By the time Google - with its total monopoly and the same shareholders and board of directors as other multi-nationals, starts to tighten up and abuse that monopoly it'll be too late and the geeks will have done nothing but empower the monopoly.

Because, you know, asking people to boycott Google would just be silly.

John McFetridge said...

Sorry, the article has far too much agenda but isn't being totally honest.

"As Mike Masnick has noted, once an information good has been produced, it can be reproduced an unlimited number of times without diminishing its value."

I don't know who these people are, but I only did one year of economics at university and even I know that the value is increased or decreased not by the production of something, but by the acquisition. If no one has to pay to acquire something, its value is zero, whether there's one copy or millions of copies.

Van Gogh's Sunflowers isn't worth millions because there's only one copy of it - it's worth that much because people are willing to pay that much to acquire it. There are hundreds of thousands of unique, original, only-one-exists paintings that no one want to acquire so they have no value. Warehouses full of copies make no difference if there are no customers.

This denial that money changes hands in the acquisition of files is childish.

"The American colonies, in contrast, had an abundance of land but poorly-defined boundaries and inadequate record-keeping."

An abundance compared to England, maybe, but not limitless. And there were still those pesky Indians who actually had quite well-defined boundaries. Just not enough guns.

Now you're right, it would be great to get this stuff settled so we aren't left with the same sad legacy from this "property rights" battle - widespread racism and guns in every home to "protect" ourselves from the government (which is by now so powerless that I still say we should be more concerned about Google, but maybe I am just paranoid - and I've seen what their directors have done with other companies they've controlled).

"Customers wanting to rip their DVD collections to their computers, download music they can play on any device, or incorporate copyrighted works into original creative works find that there is no straightforward, legal way to do these things."

Once again, the denial as to why we have this situation is silly. I say again and again, when I first bought CD's in the early 80's I could copy them to every device I owned. But everyone involved knew that putting the file online and allowing an infinite number of strangers to acquire it was wrong. I must have said, oh hundreds of times in my life, "But you know this is wrong," and people would say, "I'm only ripping off the record companies, they're bad anyway," and I'd say, "Okay but you know this won't go on forever," and people always said then, as they say now, "I don't care."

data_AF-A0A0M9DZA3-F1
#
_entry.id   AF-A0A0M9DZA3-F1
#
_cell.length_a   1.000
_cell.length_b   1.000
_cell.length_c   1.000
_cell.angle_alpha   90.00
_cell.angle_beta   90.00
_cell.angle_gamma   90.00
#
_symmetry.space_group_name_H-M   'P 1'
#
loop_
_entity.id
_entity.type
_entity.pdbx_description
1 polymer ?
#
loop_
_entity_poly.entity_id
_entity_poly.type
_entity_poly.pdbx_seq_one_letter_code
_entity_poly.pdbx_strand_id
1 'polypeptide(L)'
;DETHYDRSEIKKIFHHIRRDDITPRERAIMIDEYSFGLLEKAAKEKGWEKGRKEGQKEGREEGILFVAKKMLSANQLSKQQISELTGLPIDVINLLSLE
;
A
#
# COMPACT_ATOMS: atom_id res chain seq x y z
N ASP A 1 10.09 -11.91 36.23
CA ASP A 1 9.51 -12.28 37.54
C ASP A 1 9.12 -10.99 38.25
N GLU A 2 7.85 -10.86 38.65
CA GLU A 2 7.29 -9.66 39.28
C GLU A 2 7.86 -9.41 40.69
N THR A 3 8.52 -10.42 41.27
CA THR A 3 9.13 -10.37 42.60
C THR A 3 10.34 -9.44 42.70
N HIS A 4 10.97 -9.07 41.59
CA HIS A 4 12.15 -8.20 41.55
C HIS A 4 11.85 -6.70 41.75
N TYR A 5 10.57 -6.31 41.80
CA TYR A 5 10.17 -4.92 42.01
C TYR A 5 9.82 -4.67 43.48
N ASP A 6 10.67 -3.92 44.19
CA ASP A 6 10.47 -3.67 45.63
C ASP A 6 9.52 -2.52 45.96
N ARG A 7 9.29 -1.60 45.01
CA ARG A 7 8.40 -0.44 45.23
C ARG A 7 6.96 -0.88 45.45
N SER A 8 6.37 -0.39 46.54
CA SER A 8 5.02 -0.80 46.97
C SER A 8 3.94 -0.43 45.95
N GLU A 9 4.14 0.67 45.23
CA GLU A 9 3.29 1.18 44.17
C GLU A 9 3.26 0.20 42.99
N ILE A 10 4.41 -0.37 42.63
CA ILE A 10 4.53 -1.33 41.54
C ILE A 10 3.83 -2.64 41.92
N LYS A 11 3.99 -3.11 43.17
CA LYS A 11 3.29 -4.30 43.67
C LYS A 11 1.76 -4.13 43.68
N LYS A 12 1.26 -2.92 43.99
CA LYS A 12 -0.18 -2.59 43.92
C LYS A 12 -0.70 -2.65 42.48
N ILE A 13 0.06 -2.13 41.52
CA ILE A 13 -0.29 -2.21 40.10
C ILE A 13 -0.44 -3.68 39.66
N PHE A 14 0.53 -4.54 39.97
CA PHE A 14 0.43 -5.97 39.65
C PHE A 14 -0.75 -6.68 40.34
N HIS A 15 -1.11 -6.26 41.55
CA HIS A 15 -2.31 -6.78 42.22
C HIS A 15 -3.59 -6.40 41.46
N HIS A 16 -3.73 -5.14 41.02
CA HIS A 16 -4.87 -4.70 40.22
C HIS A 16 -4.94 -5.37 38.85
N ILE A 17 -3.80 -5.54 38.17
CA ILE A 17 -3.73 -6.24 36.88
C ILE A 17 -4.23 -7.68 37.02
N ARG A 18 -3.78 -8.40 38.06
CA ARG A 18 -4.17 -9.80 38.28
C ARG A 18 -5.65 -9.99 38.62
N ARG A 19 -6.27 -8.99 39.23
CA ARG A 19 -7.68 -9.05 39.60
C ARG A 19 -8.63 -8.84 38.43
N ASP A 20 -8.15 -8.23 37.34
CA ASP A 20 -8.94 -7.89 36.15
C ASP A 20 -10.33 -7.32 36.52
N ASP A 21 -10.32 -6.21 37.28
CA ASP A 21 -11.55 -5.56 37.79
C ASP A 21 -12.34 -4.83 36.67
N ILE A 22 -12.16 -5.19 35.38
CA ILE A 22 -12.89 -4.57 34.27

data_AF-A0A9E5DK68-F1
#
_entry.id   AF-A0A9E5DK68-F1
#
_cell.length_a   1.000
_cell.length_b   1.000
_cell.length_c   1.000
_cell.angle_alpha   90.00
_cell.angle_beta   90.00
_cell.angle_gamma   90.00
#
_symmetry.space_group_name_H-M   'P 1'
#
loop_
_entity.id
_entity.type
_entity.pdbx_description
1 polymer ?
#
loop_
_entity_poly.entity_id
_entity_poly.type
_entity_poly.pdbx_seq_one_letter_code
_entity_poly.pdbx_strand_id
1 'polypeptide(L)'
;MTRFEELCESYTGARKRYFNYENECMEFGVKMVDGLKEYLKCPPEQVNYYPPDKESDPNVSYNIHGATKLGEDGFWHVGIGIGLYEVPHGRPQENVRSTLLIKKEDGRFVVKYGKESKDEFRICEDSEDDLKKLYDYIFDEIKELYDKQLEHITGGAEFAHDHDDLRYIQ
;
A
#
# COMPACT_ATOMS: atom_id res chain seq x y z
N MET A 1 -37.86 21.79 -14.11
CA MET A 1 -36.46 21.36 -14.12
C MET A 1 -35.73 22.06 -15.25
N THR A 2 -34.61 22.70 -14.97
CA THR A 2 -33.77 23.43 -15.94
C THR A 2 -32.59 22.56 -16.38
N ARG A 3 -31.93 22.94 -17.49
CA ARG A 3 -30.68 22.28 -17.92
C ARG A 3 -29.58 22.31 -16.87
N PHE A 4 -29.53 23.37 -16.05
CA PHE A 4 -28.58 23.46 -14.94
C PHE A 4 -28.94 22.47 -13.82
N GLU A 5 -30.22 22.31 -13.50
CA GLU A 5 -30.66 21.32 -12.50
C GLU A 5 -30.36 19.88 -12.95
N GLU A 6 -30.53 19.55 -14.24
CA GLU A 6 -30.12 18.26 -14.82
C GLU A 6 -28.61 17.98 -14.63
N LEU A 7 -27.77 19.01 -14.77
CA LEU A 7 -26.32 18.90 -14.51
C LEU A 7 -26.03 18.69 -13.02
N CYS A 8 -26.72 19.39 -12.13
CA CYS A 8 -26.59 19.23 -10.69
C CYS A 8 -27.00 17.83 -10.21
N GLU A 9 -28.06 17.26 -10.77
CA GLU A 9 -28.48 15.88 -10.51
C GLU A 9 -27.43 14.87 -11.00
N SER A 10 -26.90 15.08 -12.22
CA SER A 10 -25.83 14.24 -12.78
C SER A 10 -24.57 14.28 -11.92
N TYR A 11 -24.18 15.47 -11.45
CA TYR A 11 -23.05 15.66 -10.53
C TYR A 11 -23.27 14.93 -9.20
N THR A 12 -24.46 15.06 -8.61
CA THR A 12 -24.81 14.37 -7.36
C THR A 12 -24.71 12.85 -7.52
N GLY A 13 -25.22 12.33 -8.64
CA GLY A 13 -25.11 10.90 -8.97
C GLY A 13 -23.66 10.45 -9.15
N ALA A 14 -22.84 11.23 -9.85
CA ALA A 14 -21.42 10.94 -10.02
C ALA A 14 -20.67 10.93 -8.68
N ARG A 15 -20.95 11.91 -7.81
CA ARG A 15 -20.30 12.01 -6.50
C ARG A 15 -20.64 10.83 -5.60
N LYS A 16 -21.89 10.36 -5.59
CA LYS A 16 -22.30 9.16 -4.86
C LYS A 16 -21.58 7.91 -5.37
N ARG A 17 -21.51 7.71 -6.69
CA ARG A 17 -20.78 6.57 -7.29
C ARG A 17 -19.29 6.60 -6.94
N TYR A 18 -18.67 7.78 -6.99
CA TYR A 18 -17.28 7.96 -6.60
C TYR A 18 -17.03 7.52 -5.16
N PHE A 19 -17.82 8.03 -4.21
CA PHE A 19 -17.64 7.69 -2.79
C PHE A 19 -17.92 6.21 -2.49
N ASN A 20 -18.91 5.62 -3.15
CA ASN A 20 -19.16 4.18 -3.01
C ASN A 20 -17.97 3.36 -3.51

Well, now they care, but frankly, they made their beds...

"But the emergence of the Internet and other digital technologies have brought the technologies of wide-scale content creation and distribution to the masses."

Right, and if they just creat and dsistribute their own material, there is no problem.

But they want to piggy-back on the work of others without recognizing - or as JohnD would say, respecting, them.

You're never going to convince me, Darryl, that this is anything more than, "I want stuff and I don't want to pay for it." Either acquiring produced stuff, or using it, saying your work was "Co-written with John Cage," to attatch yourself to his body of work without doing the work yourself. It's justifications and excuses, it's nudge-nudge, wink-wink, know what I mean. And this argument that the big bad companies and the government made it too complicated for me? Come on.

You know, part of my problem here is that I'm a professional so I don't understand the need to access other people's already created art. I have no desire to write fan fic (though I do see it as a useful tool to learn how to write, there's just no reason to show it to anyone but your closest friends). I'm more interested in creating my own work - as all artists are. Of course, there are some historical works that get updated - I actually liked the movie "Bridget Jones Diary" even though it was simply an updating of Jane Austen. It's this desire to use the artwork created last week that causes the problems because the geeks all want to make their own Lord of the Rings movies and like all kids today, they've never heard the word 'no.'

"If copyrights are a form of property right, then the history of American property rights provides clues about how the copyright system will need to evolve in the future. It suggests that Congress's current strategy of imposing ever more draconian penalties for breaking laws that lack broad public support is a recipe for failure. Congress may be forced to concede, as it did two centuries ago, that property law must accommodate the actions of ordinary Americans, and not the other way around."

This would be a much better argument if you could still squat on land and then later own it. The "concession" Congress made was to like-minded white protestants. Period. Not the best model to follow.